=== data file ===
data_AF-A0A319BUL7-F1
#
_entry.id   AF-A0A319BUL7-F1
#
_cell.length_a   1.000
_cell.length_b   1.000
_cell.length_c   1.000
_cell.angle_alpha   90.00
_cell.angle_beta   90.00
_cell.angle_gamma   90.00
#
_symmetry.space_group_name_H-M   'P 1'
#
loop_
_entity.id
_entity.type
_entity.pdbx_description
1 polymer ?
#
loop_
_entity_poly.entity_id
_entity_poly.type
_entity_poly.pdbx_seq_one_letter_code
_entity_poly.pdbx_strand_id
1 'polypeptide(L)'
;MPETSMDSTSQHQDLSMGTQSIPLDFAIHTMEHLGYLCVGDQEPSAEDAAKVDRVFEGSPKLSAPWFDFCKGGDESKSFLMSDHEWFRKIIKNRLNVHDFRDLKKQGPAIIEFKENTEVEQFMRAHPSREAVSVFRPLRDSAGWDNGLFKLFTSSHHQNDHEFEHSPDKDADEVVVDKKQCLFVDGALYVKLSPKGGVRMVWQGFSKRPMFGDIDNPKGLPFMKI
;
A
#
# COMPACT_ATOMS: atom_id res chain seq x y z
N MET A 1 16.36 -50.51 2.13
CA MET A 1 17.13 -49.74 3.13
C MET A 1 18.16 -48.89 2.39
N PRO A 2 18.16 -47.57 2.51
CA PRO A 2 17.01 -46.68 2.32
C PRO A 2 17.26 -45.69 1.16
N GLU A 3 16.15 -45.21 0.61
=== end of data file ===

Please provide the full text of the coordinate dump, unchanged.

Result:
data_AF-A0A319BUL7-F1
#
_entry.id   AF-A0A319BUL7-F1
#
_cell.length_a   1.000
_cell.length_b   1.000
_cell.length_c   1.000
_cell.angle_alpha   90.00
_cell.angle_beta   90.00
_cell.angle_gamma   90.00
#
_symmetry.space_group_name_H-M   'P 1'
#
loop_
_entity.id
_entity.type
_entity.pdbx_description
1 polymer ?
#
loop_
_entity_poly.entity_id
_entity_poly.type
_entity_poly.pdbx_seq_one_letter_code
_entity_poly.pdbx_strand_id
1 'polypeptide(L)'
;MPETSMDSTSQHQDLSMGTQSIPLDFAIHTMEHLGYLCVGDQEPSAEDAAKVDRVFEGSPKLSAPWFDFCKGGDESKSFLMSDHEWFRKIIKNRLNVHDFRDLKKQGPAIIEFKENTEVEQFMRAHPSREAVSVFRPLRDSAGWDNGLFKLFTSSHHQNDHEFEHSPDKDADEVVVDKKQCLFVDGALYVKLSPKGGVRMVWQGFSKRPMFGDIDNPKGLPFMKI
;
A
#
# COMPACT_ATOMS: atom_id res chain seq x y z
N MET A 1 16.36 -50.51 2.13
CA MET A 1 17.13 -49.74 3.13
C MET A 1 18.16 -48.89 2.39
N PRO A 2 18.16 -47.57 2.51
CA PRO A 2 17.01 -46.68 2.32
C PRO A 2 17.26 -45.69 1.16
N GLU A 3 16.15 -45.21 0.61